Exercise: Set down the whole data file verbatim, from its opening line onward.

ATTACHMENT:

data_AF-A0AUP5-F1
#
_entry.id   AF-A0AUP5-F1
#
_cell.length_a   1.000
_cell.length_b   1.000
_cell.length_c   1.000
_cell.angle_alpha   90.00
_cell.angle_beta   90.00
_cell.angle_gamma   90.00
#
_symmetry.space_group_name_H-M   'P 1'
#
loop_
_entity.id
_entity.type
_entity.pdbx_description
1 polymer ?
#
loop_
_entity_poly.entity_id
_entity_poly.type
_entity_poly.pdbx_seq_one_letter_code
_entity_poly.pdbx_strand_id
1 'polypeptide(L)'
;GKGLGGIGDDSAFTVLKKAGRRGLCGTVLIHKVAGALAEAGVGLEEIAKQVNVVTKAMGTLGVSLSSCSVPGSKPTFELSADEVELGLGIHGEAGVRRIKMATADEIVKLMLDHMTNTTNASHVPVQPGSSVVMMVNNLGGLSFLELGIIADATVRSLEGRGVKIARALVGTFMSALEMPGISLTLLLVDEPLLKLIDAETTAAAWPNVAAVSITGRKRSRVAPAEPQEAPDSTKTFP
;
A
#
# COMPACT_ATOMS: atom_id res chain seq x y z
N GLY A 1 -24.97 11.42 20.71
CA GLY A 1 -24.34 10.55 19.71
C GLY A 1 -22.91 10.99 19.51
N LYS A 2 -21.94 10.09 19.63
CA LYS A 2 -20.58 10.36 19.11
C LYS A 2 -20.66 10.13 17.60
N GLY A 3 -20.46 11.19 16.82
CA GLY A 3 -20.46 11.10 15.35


data_AF-A0AUP5-F1
#
_entry.id   AF-A0AUP5-F1
#
_cell.length_a   1.000
_cell.length_b   1.000
_cell.length_c   1.000
_cell.angle_alpha   90.00
_cell.angle_beta   90.00
_cell.angle_gamma   90.00
#
_symmetry.space_group_name_H-M   'P 1'
#
loop_
_entity.id
_entity.type
_entity.pdbx_description
1 polymer ?
#
loop_
_entity_poly.entity_id
_entity_poly.type
_entity_poly.pdbx_seq_one_letter_code
_entity_poly.pdbx_strand_id
1 'polypeptide(L)'
;GKGLGGIGDDSAFTVLKKAGRRGLCGTVLIHKVAGALAEAGVGLEEIAKQVNVVTKAMGTLGVSLSSCSVPGSKPTFELSADEVELGLGIHGEAGVRRIKMATADEIVKLMLDHMTNTTNASHVPVQPGSSVVMMVNNLGGLSFLELGIIADATVRSLEGRGVKIARALVGTFMSALEMPGISLTLLLVDEPLLKLIDAETTAAAWPNVAAVSITGRKRSRVAPAEPQEAPDSTKTFP
;
A
#
# COMPACT_ATOMS: atom_id res chain seq x y z
N GLY A 1 -24.97 11.42 20.71
CA GLY A 1 -24.34 10.55 19.71
C GLY A 1 -22.91 10.99 19.51
N LYS A 2 -21.94 10.09 19.63
CA LYS A 2 -20.58 10.36 19.11
C LYS A 2 -20.66 10.13 17.60
N GLY A 3 -20.46 11.19 16.82
CA GLY A 3 -20.46 11.10 15.35